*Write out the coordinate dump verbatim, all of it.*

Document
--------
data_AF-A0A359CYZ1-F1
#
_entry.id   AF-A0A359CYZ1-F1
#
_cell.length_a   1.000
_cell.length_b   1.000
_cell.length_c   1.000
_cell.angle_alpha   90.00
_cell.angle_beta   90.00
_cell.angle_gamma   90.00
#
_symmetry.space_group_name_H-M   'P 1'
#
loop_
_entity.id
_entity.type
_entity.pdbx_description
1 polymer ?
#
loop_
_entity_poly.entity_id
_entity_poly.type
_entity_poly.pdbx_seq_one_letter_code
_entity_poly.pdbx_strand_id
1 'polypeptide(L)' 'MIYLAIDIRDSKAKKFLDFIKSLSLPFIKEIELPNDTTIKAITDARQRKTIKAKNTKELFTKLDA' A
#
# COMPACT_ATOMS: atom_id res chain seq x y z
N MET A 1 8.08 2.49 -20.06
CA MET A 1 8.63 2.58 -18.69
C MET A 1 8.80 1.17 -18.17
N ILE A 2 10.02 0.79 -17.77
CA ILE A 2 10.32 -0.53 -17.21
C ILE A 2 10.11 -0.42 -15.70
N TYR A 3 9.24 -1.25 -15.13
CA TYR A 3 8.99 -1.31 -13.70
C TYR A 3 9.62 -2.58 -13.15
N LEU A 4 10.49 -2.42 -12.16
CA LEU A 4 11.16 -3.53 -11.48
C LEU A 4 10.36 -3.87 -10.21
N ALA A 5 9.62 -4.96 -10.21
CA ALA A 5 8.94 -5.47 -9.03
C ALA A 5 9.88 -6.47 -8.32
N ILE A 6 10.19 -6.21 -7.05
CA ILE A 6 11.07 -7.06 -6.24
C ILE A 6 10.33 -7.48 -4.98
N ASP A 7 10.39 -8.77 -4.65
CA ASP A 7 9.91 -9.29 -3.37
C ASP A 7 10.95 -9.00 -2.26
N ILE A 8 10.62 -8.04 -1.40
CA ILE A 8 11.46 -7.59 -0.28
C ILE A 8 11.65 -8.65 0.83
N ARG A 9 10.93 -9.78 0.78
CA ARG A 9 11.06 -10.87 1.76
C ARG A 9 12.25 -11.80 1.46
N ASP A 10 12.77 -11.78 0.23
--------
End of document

data_AF-A0A359CYZ1-F1
#
_entry.id   AF-A0A359CYZ1-F1
#
_cell.length_a   1.000
_cell.length_b   1.000
_cell.length_c   1.000
_cell.angle_alpha   90.00
_cell.angle_beta   90.00
_cell.angle_gamma   90.00
#
_symmetry.space_group_name_H-M   'P 1'
#
loop_
_entity.id
_entity.type
_entity.pdbx_description
1 polymer ?
#
loop_
_entity_poly.entity_id
_entity_poly.type
_entity_poly.pdbx_seq_one_letter_code
_entity_poly.pdbx_strand_id
1 'polypeptide(L)' 'MIYLAIDIRDSKAKKFLDFIKSLSLPFIKEIELPNDTTIKAITDARQRKTIKAKNTKELFTKLDA' A
#
# COMPACT_ATOMS: atom_id res chain seq x y z
N MET A 1 8.08 2.49 -20.06
CA MET A 1 8.63 2.58 -18.69
C MET A 1 8.80 1.17 -18.17
N ILE A 2 10.02 0.79 -17.77
CA ILE A 2 10.32 -0.53 -17.21
C ILE A 2 10.11 -0.42 -15.70
N TYR A 3 9.24 -1.25 -15.13
CA TYR A 3 8.99 -1.31 -13.70
C TYR A 3 9.62 -2.58 -13.15
N LEU A 4 10.49 -2.42 -12.16
CA LEU A 4 11.16 -3.53 -11.48
C LEU A 4 10.36 -3.87 -10.21
N ALA A 5 9.62 -4.96 -10.21
CA ALA A 5 8.94 -5.47 -9.03
C ALA A 5 9.88 -6.47 -8.32
N ILE A 6 10.19 -6.21 -7.05
CA ILE A 6 11.07 -7.06 -6.24
C ILE A 6 10.33 -7.48 -4.98
N ASP A 7 10.39 -8.77 -4.65
CA ASP A 7 9.91 -9.29 -3.37
C ASP A 7 10.95 -9.00 -2.26
N ILE A 8 10.62 -8.04 -1.40
CA ILE A 8 11.46 -7.59 -0.28
C ILE A 8 11.65 -8.65 0.83
N ARG A 9 10.93 -9.78 0.78
CA ARG A 9 11.06 -10.87 1.76
C ARG A 9 12.25 -11.80 1.46
N ASP A 10 12.77 -11.78 0.23